Berkshire Hathaway and Posco are trading way below intrinsic value

Author: Sreeni Meka

Covestor model: Long-Term Value

In my last letter I anticipated positive growth in third quarter GDP despite gloomy news in the financial media. In fact, both third and fourth quarter GDP ended up in a positive note. Fears of double dip recession and overwhelming European debt issues rocked the financial markets in 2011 with high volatility. The S&P 500 moved nowhere for the course of the year, but edged up about two percentage points if dividends are included.

2011 was a very tough one, even for professional investors. Unprecedented market gyrations alarmed many investors, made them sell their shares at the wrong time and forced many to realize unwanted and painful losses. Sometimes it pays off to have an iron gut and ignore the noise – as long as you are holding the right equities. If you are a long term value investor, these market downturns may provide fabulous opportunities to acquire good stocks at great prices.

Our economy is clearly showing strength. Recent unemployment numbers are showing the resilience of our gigantic economy.  Employers have started hiring, while some sectors including information technology are having a hard time finding resources. On February 3rd, the BLS reported that employers added almost quarter million new jobs in the month of January, which brought down the unemployment rate to 8.3 percent. The trickle down impact should mean improvement in payroll services like Paychex (PAYX), which I’m long, and other temp agency firms. Going forward, the economy may get better and unemployment may further come down. As mentioned in my last letter, I did not make any big changes in my portfolio as I did not expect any issue with our general economy.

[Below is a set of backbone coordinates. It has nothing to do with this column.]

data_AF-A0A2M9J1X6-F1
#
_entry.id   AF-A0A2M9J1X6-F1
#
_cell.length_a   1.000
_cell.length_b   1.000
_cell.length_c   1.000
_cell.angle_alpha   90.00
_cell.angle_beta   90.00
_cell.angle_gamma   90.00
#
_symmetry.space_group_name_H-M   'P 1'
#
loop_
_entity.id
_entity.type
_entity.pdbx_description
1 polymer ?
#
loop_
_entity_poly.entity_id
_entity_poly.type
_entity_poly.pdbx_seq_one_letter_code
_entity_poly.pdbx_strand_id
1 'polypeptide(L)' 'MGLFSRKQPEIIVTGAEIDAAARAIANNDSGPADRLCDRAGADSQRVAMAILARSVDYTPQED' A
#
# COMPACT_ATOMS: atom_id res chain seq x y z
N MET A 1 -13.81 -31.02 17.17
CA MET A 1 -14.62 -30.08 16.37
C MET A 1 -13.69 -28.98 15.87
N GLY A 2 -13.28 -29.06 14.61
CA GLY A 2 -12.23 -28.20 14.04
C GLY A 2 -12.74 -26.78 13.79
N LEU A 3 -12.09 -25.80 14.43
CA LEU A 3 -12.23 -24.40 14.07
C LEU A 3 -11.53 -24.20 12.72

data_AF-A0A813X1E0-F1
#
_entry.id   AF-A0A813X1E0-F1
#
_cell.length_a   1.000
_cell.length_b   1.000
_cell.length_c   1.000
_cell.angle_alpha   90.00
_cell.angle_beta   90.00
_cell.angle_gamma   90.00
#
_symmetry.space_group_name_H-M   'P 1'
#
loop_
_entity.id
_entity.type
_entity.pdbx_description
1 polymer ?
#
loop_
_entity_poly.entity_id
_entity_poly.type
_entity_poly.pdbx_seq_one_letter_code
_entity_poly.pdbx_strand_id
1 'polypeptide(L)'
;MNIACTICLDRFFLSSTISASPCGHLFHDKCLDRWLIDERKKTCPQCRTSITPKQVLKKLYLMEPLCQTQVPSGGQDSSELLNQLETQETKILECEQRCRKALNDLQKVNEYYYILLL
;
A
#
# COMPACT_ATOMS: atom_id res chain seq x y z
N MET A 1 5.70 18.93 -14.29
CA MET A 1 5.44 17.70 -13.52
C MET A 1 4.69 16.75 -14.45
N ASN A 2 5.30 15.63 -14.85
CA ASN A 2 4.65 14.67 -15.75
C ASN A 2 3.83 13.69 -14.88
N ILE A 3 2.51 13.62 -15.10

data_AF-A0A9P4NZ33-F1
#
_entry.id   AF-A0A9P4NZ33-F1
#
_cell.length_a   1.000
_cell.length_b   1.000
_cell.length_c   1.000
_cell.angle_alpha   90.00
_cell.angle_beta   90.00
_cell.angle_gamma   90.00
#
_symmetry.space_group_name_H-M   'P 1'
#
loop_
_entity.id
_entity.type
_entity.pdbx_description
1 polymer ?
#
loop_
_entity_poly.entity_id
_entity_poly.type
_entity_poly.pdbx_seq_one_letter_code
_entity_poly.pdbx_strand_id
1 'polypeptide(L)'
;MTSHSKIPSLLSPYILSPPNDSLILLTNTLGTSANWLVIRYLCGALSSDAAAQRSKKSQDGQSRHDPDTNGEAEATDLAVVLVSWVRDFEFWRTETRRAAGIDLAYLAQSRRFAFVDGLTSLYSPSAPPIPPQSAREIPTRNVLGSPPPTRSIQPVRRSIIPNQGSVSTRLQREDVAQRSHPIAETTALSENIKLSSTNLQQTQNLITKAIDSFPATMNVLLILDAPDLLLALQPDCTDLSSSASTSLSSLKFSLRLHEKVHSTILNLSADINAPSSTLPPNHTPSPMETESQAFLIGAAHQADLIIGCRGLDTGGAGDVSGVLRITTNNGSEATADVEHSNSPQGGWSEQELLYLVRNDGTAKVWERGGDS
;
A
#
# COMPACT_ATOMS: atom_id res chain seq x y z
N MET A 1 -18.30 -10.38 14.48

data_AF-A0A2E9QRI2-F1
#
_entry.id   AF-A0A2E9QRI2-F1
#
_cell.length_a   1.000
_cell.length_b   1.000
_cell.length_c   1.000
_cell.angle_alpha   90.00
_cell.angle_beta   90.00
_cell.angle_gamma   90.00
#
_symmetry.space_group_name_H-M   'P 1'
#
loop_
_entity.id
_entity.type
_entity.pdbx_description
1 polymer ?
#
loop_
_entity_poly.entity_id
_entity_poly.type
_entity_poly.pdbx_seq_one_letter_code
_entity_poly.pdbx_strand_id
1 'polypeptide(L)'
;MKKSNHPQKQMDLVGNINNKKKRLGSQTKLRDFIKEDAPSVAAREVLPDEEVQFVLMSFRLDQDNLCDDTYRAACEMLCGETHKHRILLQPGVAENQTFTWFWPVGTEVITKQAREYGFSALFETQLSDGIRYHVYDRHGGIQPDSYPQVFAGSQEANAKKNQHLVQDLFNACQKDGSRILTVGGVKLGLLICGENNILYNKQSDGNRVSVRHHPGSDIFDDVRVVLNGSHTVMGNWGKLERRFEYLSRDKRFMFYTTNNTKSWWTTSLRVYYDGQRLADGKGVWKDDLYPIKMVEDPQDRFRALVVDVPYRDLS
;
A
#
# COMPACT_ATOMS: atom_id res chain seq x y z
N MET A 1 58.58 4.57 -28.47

Last year my portfolio ended more or less where it started from the beginning of the year, which roughly matched the market performance. Part of that can be attributed to my investment in China Information technology (CNIT). The financial numbers of CNIT looked very good when I purchased the stock and even better when I sold it – after a more than fifty percent loss. My lesson learned was not to bet on companies that end up subject to market deficiency notices.

It was not all that bad last year. I doubled my initial investment in Tractor Supply Company (TSCO) and am still holding it in my portfolio. Another major investment in my portfolio is Berkshire Hathaway (BRK.B), which last year went negative. This was one of the rare performances exhibited by Berkshire. Another investment – Posco (PKX) – also performed negatively. That caused a drag on my last year performance.

In my analysis, both Berkshire Hathaway and Posco are trading at way below their intrinsic values and great companies to hold. Berkshire is of course lead by legendary investor Warren Buffett,  consists more than seventy firms run by highly efficient teams and is consistently generating value for shareholders. Sooner or later, Berkshire Hathaway should trade at higher multiples than it is now. As a long term value investor, these minor dips and bumps do not bother me.

As I am writing this letter (2/9/12), my portfolio is up 10.8 percent including dividends since the beginning of 2012.

Finally, in a recent article for Fortune magazine Mr. Buffett noted, “Risk is not measured by beta, but by the reasoned probability of the investment causing its owner a loss of purchasing power over his contemplated holding period.”

Stock prices may fluctuate. That does not necessarily reflect significant risk, as long as you are certain to deliver increased purchasing power over the contemplated holding period.  All stock selection in my portfolio is based not on speculation but rather by thorough analysis of annual reports and comprehensive equity analysis.